Twitter, Advertisers, Users, and Third-party Devs (in that order)

What makes Twitter great is this: it doesn’t matter how many people join the service, or how asinine the trending topics are, because for you it’s only as big or small or smart or silly as who you follow.

I never cared how many celebrities joined, because I don’t follow them (well, I follow some of the cool ones). And so for me Twitter is as small and relevant and interesting now as when I first signed up in March of 2007.

Over the years, Twitter has grown and improved immensely. Twitter is huge now, and that is thanks in a large part to its early adopters and 3rd-party developers.

As Craig Hockenberry, Ben Brooks, and many others have pointed out, some of the best core features of Twitter were invented by users and developers:

It is sad and frustrating to see Twitter try and scare away third-party developers. It is equally frustrating to see their continued commitment to put sponsored content into our Twitter streams. Actions which mean the user experience of many millions of Twitter users who use 3rd-party apps (and I would argue this group makes up the vast majority of the most active and prolific users) will no doubt be seriously degraded in the months and years ahead.

To be fair, as users we have had free access to use Twitter as we see fit. For years our Twitter experience was ad free. Heck, for those of us who use 3rd-party apps exclusively our experience is still ad free. We have been able to freely use Twitter to our enjoyment and to our profit.

And so, what is saddening about all this is not just that Twitter seeks to clamp down on 3rd-party apps in the name of a “consistent Twitter experience“. Nor am I all that frustrated that Twitter wants to integrate ads into my timeline.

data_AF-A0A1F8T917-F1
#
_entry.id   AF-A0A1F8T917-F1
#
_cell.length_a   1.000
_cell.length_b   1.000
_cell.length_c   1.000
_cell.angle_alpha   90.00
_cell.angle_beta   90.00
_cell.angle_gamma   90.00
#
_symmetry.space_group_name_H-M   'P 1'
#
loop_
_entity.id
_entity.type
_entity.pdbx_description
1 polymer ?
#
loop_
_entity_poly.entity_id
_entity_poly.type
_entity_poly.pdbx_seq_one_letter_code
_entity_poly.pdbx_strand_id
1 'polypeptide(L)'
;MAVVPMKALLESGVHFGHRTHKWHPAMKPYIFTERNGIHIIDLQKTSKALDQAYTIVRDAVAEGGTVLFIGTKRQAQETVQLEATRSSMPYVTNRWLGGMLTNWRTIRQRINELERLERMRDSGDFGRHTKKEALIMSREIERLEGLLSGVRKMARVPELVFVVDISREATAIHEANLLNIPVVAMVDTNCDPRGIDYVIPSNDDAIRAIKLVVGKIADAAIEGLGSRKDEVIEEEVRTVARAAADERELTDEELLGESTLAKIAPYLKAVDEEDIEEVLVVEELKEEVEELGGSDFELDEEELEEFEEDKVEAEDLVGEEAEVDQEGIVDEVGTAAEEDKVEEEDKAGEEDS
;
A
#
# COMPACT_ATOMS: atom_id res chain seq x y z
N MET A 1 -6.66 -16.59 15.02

What is sad is that as long-time and active users, we’re given no choice in the matter. We must suffer the official clients and we must suffer ads.

So why not let us pay for the ad-free, 3rd-party Twitter experience we have long enjoyed?

  • Instapaper offers a $1/month subscription which allows you to use one of the non-official Instapaper clients and to hide the ads on the Instapaper website.

  • Amazon sells their Kindles with special offers, but if you don’t want to see the ads then you have to pay $30 extra.

But I am sure that option will never manifest. Because if Twitter offered an option to upgrade to an ad-free timeline it would hinder the sales of ads. The sheer virtue of the fact that a portion of Twitter’s user base was paying to not see ads would stand as proof that promoted tweets are not a part the ideal “Twitter experience”.

Moreover, it would mean that advertising partners would be buying ad spots that wouldn’t be guaranteed not to be seen by certain users. Of which those users would clearly be the most active and engaged.

If Twitter is going to sell ads they have to go all in. We knew it was coming, and now we know it’s only going to get worse. We can suffer through it or we can move on to something else.

Twitter, Advertisers, Users, and Third-party Devs (in that order)